The Spectator
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 by Sarah Shortt
A Friendly Smile
        It is a cloudy day in 1873. My father and I are visiting my Aunt Clara and Uncle Bernard in London. We live in a smaller town farther south. I have never been to London, but father has once or twice for business reasons. Uncle is a shoe salesman. So we're traveling through the business district to reach his shop.
        The streets are busy this evening. I hear Big Ben chiming the hour. People hustle about from shop to shop, some buying, haggling for the best price. Many at street booths shout their merchandise. A few linger beside shops, perhaps waiting to meet a friend or a relative; others scurry on errands. Many hurry to finish last-minute business before the day is out. I am not used to the noise of the city or the horrible stench of the streets. Sweating horses, animal waste, cigar smoke, people seriously in need of a bath.
        There are so many people! English, Scottish, Black, Asian, Gypsy, German, Irish, so many different nationalities in one city, in one district! I stopped trying to distinguish them one from the other. Their voices blended together my ears in a muddle.
        It is getting dark. People bump us from every angle. It takes skill to remain on my feet! Father tries to stay as close to me as possible as we maneuver through the crowd. He caught my elbow suddenly and said, "We should try to get off the streets. It's time for the workers in the factory to head home." He pointed me to a small bread shop, and we press toward it as quickly as possible.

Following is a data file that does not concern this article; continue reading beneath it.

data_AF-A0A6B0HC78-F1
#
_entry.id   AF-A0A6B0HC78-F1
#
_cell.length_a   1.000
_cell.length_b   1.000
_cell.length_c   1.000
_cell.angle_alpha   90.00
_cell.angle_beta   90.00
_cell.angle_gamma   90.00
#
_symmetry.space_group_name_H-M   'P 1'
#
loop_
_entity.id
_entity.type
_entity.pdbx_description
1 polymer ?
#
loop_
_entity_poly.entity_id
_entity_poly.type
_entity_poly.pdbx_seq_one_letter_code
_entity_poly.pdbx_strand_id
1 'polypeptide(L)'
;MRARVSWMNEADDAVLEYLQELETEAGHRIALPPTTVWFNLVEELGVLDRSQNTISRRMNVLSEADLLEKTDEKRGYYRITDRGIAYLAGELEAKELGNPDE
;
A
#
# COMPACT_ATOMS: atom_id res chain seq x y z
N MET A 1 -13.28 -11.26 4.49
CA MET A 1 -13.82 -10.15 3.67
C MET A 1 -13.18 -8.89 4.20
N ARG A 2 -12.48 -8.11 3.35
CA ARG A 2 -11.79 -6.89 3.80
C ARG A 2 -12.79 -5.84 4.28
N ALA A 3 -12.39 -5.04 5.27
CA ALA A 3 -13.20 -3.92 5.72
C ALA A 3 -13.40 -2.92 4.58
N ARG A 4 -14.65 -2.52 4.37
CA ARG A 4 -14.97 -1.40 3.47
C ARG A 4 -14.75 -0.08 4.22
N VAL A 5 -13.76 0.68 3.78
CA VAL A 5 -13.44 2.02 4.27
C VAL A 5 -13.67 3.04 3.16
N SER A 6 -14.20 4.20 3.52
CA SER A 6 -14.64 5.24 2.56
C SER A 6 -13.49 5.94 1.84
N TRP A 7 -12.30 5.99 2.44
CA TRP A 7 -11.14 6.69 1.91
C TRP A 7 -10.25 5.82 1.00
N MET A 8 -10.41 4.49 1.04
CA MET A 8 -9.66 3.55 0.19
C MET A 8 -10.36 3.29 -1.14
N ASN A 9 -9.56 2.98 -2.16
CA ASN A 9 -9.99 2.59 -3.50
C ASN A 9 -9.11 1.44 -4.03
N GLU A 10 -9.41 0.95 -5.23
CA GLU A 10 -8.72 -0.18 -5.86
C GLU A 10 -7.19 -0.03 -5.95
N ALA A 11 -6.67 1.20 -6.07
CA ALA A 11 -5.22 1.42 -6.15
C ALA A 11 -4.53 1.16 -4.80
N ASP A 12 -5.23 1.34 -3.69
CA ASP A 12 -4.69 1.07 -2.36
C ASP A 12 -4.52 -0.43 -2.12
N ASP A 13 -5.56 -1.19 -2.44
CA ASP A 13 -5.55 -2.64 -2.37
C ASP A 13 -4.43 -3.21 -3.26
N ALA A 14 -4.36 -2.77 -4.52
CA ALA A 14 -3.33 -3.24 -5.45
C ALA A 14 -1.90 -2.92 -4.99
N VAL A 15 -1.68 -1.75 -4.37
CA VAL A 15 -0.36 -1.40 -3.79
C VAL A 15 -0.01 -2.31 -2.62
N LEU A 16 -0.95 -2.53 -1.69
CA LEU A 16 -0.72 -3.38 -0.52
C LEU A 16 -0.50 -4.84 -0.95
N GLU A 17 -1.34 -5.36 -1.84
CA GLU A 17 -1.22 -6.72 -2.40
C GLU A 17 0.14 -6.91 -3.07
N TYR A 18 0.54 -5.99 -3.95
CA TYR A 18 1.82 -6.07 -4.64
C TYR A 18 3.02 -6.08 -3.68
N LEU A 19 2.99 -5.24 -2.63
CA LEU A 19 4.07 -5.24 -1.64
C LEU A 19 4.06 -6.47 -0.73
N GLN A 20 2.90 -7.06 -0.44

A short man with a round, black-smudged face tips his dirty derby to me. He's older than twenty, about thirty or so, and not very handsome, but I like his smile and friendly eyes. Judging from the amount of black on his clothes, I would say he works with a coal furnace.
        His work is difficult; he has seen hardship. His face shows it. I notice creases under his eyes and across his forehead. He is a little grimy, but I don't mind. While everyone else shoved us and pushed past, he was kind enough to give us a friendly smile. I nod and smile back. We gain a few more steps, and I can't see him anymore.
        We enter the bread shop. The clerk and I talk to pass the time until the streets clear enough for father and I to make it to Uncle Bernard's shoe store; I know he is probably waiting for us.
        I mentioned the friendly worker to the clerk. She happened to know him.
        "He passes the shop every day on his way home from work. I know he has a wife and three children."
        The next day, I met him outside the shop with a basket full of homemade loaves
and sweets. I wanted to return kindness for kindness.
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